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Peggy McIntosh’s piece “White Privilege: Unpacking the Invisible Knapsack” describes the privileges white people gets without realizing their advantage over others. Peggy talks about racism being a part of everyday life even though we ignore it. Her main idea was to inform the readers that whites are taught to ignore the fact that they enjoy social privileges that people of color do not because we live in a society of white dominance. Her examples include privileges relating to education, careers, entertainment, child care, confrontations, physical appearance, and public life.
One of the examples that really made me think was the “flesh colored” Band-Aid example. Band-Aids are something everyone use and nude was the primary color which made me feel “they” considered normal. I thought nothing of why it didn’t blend into my skin tone perfectly when I was a child. It’s such a small thing but the way the world generalizes can be hurtful. She also provides a distinction between earned power and conferred privilege.
The distinction was clear; conferred privilege is only available to certain groups while everyone has an equal shot at earned power. McIntosh points out that whites enjoy conferred privilege but refuse to acknowledge it. In addition, she states that due to the idea that America was founded on a system of earned power, and due to the fact that whites have conferred privilege, other groups in this country are not free. Peggy thinks that in order to change that, whites need to acknowledge their unearned power and be willing to give it up so other minority groups can enjoy the same freedom.
Gender refers to the socially constructed roles, behavior, and activities that the society considers appropriate for men and women. The roles and behaviors give rise to gender inequalities. For instance, the ideology that men are more interested in performing physically tough activities while women perform tasks like raising children, cooking, embroidery and so on. There are a number of people who are aware of this and some who are not. Race is a social construction that has real consequences and effects. It categorizes people based on physical characteristics and shapes the way we see ourselves and others. .Some of the statements McIntosh brought my attention to and made me think about the way that society treats others in comparison to the way white people are treated.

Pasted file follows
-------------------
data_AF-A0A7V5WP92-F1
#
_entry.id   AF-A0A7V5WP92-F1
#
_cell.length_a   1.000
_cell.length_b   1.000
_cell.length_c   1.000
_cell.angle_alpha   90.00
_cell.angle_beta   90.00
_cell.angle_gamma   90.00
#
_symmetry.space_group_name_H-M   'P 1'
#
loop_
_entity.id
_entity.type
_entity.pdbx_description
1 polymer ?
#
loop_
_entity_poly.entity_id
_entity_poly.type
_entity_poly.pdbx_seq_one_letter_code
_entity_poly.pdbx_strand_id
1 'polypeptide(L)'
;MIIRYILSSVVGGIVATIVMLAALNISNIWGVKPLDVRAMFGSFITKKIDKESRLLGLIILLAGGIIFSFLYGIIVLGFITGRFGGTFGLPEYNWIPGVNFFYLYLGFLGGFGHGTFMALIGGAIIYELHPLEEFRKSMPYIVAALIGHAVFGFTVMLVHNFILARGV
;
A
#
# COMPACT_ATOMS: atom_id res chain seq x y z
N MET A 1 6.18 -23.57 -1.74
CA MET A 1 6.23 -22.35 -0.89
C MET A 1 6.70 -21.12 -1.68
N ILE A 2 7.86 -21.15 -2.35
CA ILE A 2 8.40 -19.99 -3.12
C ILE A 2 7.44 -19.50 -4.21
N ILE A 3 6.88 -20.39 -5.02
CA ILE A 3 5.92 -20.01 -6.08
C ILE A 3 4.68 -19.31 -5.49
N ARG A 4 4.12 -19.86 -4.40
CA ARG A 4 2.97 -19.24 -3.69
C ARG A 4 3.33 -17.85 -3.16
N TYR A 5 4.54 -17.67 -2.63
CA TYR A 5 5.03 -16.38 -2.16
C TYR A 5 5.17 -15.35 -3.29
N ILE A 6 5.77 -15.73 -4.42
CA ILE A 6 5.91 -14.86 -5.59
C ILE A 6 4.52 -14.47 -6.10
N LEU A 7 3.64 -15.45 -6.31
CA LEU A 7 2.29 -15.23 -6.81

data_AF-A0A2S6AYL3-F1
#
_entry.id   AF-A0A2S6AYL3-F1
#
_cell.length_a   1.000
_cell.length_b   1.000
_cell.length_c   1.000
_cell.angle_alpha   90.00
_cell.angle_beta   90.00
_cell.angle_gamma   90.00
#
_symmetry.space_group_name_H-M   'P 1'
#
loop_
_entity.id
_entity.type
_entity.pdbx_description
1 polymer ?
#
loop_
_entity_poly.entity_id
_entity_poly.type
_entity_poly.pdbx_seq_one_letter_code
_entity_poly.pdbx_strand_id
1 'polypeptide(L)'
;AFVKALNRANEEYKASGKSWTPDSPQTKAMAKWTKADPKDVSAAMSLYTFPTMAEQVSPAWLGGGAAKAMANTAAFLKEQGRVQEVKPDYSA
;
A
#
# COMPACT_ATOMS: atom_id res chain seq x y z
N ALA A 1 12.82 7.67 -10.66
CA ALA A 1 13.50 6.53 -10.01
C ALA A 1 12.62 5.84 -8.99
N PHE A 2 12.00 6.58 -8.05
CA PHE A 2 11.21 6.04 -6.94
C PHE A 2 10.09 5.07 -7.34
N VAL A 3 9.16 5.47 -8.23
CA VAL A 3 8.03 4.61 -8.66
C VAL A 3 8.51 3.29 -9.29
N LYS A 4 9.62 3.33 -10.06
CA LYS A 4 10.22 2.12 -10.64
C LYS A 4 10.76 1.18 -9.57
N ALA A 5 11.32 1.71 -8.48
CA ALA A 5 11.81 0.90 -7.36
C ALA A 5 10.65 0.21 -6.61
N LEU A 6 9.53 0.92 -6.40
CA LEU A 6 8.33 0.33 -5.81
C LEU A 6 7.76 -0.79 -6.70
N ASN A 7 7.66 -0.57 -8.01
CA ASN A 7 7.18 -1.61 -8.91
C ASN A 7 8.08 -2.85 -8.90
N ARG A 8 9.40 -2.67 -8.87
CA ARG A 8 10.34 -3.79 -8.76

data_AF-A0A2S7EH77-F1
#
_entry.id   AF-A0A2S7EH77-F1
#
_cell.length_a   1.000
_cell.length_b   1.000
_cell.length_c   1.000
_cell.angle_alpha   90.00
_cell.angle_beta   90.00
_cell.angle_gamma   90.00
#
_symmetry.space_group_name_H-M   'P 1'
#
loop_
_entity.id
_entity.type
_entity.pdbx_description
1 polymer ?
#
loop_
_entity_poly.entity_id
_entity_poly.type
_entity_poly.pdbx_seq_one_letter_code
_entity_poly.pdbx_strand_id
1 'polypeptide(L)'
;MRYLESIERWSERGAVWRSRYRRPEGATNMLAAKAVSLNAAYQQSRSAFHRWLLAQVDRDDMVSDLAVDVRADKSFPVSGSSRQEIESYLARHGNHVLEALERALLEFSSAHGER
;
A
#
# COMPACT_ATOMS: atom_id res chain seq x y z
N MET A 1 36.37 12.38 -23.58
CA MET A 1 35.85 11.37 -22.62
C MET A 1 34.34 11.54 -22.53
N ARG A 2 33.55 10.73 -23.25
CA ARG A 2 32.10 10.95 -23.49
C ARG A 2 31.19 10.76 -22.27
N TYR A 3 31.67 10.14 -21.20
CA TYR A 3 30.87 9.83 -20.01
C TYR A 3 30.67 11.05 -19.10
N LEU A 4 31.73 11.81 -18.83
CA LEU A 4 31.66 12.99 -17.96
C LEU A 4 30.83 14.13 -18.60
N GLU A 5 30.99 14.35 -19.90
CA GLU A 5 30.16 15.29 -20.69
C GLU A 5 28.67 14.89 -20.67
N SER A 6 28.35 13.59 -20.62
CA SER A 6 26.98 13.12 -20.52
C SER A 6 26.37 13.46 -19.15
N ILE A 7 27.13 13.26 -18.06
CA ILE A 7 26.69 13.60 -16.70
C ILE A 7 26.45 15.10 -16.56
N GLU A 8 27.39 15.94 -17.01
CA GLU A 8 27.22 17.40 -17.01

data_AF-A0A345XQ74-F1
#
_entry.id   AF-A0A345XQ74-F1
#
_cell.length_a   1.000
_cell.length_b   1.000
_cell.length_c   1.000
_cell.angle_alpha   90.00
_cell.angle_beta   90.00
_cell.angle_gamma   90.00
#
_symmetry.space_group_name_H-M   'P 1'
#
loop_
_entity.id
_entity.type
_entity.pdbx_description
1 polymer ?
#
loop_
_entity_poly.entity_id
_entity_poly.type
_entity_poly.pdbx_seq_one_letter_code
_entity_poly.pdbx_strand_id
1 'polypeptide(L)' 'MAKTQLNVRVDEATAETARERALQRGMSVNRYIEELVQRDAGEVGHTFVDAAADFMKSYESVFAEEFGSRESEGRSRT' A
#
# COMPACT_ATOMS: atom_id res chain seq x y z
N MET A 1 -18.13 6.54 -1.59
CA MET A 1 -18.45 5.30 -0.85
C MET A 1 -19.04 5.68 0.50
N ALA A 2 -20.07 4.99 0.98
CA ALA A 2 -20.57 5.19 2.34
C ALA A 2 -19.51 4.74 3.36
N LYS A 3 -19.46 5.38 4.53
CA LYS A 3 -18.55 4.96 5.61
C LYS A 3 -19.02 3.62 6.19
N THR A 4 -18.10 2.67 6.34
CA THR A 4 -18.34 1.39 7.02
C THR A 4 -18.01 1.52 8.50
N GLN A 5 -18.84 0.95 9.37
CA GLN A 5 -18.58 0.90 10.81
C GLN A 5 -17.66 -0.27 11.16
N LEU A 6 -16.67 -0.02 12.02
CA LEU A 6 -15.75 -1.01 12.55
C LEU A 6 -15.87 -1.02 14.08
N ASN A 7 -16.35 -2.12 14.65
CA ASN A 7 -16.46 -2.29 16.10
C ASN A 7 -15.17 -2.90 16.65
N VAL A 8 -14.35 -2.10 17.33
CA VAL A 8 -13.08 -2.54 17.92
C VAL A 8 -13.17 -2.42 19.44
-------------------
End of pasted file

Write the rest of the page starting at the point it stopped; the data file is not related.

Even though society has come a long ways, it still has a longer way to go. There are so many things minorities will never have the opportunity to experience or understand because they aren’t white. It doesn’t matter what we do, how hard we work, how much money we have, who’s ass we kiss, we’ll never experience white privileges. White people are not stereotyped like other races are. They are also not looked down upon like other races. The list of Daily effects of White privilege that McIntosh describe are perfect examples. Here are a few of her points: 5. I can go shopping alone most of the time, pretty well assured that I will not be followed or harassed. 19. I can speak in public to a powerful male group without putting my race on trial. 21. I am never asked to speak for all the people of my racial group. These are just a few. Despite the fact that this essay was written in 1988, so a lot of things due to changes in society but not much. No matter how one may try to analyze a situation, white people are privileged bottom line. Some or even more privileged than others by way of money or reputation and other are privileged just by skin alone.
After reading this article, I really started to think. Staying in the South, people of color feel and understand racism versus someone who’s from Northern America. Everyday someone experience racism in some type of way regardless of their skin color. All of the privileges Peggy mentioned still exist today it’s just not as bold now like it used to be back in the day. Stereotypes are also something that has not disappeared. Before someone actually gets to know you, judgments have already been made based on physical appearances. Both blacks and whites use stereotypes against each other.
The list Peggy provided in her article are all the major things some people have to encounter with it comes down to race. I think that she hit the nail on the head and expressed more, the fact that this powerful piece was coming from a white person made me feel that there’s still hope. Progression is key and this is one step closer to world peace.
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